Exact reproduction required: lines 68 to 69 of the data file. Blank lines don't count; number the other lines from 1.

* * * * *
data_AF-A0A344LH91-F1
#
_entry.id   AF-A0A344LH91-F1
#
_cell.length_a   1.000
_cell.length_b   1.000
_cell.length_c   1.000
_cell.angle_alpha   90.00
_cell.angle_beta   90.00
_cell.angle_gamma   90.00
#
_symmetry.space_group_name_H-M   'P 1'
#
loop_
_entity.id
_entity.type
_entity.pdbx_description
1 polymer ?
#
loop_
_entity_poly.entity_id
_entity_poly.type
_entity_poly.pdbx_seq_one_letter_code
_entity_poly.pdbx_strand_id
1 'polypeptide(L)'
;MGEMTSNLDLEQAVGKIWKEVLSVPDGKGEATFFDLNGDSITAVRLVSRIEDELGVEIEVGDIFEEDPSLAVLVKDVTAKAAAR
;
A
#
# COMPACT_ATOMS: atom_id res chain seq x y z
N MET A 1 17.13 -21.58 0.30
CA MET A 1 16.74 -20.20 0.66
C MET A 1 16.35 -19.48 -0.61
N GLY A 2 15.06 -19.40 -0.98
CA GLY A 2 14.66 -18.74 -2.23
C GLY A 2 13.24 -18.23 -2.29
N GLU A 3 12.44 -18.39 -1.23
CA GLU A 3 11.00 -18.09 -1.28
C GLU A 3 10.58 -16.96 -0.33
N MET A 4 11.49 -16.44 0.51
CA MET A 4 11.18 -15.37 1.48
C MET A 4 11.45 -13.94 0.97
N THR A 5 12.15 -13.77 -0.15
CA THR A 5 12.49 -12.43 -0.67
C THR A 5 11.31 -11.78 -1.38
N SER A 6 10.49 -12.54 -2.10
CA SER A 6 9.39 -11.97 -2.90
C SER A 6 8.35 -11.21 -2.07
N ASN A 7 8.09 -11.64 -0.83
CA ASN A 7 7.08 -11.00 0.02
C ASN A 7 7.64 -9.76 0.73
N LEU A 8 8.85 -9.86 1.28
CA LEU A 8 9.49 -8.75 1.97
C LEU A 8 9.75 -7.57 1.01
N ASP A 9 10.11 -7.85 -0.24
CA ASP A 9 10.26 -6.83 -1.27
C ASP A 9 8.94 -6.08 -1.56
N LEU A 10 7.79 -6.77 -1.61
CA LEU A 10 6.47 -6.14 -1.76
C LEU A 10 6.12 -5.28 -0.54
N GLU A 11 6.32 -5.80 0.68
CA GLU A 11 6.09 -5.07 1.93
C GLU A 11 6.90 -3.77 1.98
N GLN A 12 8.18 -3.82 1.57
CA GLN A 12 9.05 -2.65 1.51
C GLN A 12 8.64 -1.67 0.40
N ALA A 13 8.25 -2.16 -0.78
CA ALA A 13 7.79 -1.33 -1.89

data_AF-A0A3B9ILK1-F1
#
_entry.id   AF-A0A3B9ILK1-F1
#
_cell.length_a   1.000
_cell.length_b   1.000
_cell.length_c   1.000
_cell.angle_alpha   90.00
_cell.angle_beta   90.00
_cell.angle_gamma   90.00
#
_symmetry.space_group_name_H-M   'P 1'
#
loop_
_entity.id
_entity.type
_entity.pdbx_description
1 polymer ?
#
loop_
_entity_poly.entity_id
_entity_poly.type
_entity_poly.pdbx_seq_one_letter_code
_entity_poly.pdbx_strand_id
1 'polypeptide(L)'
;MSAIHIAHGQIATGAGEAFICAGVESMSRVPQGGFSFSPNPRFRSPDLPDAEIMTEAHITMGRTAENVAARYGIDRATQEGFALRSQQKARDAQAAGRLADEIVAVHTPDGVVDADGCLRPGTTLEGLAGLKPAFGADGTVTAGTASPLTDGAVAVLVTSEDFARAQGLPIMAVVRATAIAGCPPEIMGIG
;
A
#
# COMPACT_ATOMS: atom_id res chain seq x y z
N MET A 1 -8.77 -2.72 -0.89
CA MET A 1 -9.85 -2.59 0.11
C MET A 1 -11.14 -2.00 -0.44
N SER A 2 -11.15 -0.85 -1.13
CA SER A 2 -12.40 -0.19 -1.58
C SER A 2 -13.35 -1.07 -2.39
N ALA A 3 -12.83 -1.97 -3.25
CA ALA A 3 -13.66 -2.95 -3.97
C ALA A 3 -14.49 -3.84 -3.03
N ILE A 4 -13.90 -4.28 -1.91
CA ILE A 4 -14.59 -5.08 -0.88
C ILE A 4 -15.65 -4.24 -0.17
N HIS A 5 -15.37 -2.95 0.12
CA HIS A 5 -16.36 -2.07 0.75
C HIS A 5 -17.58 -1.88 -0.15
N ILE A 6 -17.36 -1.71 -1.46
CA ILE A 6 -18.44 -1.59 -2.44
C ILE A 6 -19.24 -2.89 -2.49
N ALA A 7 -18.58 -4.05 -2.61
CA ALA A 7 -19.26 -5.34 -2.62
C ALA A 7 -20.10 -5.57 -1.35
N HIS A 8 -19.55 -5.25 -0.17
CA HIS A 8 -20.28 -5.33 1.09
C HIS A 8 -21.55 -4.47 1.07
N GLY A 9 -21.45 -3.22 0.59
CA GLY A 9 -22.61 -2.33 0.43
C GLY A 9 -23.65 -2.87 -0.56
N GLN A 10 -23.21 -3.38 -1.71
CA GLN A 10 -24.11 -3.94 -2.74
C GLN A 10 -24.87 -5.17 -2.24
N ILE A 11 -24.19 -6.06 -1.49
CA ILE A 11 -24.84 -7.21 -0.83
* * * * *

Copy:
CA ALA A 13 7.79 -1.33 -1.89

data_AF-A0A3B9ILK1-F1